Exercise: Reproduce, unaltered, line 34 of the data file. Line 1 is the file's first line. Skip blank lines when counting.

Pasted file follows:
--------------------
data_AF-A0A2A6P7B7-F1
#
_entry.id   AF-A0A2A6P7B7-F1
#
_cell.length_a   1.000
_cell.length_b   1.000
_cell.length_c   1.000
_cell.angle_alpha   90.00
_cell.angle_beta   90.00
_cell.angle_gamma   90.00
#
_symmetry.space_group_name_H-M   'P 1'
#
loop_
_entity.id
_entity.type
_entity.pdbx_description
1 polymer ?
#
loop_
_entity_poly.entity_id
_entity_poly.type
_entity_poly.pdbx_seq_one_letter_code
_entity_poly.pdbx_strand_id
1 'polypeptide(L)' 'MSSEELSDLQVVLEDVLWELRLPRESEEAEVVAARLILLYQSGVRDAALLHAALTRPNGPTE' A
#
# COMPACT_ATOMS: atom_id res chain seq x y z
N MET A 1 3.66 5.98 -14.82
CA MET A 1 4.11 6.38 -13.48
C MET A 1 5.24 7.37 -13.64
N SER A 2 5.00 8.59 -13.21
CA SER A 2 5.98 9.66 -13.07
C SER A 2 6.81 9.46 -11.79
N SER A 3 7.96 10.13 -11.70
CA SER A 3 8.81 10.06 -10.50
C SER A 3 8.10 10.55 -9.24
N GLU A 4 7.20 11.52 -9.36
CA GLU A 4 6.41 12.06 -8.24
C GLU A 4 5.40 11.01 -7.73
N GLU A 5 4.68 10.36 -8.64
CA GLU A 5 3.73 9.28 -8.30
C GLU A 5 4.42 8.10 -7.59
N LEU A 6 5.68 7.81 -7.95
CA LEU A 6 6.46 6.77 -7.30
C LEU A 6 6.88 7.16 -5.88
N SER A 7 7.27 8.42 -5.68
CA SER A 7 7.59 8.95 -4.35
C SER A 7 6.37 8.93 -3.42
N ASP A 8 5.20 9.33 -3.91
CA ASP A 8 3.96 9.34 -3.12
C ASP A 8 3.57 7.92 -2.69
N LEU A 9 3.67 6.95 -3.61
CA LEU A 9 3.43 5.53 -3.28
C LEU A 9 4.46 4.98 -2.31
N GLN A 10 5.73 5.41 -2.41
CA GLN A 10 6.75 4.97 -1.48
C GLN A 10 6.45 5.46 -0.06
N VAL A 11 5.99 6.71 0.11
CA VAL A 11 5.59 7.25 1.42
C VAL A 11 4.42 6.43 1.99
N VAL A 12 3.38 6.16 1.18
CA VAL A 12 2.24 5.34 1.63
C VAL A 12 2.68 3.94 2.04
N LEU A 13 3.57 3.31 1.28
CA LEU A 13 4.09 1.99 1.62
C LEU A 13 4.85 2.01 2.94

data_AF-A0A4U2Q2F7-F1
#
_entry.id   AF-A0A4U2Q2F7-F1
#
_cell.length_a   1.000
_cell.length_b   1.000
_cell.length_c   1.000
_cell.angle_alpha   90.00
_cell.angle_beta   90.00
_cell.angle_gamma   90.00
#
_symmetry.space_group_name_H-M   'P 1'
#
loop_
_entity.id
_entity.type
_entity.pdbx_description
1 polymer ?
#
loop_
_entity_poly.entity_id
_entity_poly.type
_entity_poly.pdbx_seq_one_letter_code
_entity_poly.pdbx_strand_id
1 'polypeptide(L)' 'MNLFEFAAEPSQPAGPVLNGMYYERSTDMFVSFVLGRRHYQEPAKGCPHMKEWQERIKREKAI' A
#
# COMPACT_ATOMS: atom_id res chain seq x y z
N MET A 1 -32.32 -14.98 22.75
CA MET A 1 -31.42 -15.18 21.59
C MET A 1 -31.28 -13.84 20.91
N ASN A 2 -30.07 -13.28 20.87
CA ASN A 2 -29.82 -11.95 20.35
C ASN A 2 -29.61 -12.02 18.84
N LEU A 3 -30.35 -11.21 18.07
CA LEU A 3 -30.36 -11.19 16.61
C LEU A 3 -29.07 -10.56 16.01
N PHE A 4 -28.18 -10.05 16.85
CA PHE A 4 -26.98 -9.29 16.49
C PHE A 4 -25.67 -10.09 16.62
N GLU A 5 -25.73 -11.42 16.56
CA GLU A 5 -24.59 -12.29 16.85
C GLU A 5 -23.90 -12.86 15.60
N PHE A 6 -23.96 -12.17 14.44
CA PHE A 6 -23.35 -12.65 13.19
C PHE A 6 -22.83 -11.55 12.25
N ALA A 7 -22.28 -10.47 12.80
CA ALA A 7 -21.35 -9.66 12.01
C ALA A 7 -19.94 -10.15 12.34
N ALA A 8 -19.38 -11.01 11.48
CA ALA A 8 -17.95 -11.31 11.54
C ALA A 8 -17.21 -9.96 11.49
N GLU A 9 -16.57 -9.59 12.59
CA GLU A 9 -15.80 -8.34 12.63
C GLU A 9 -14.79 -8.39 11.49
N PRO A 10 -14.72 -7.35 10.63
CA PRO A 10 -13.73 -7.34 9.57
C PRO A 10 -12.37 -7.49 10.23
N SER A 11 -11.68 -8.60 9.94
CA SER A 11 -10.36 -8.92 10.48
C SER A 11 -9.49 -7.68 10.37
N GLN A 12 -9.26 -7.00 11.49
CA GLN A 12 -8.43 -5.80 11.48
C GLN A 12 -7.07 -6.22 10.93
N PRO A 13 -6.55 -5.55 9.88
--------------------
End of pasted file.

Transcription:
N SER A 3 7.96 10.13 -11.70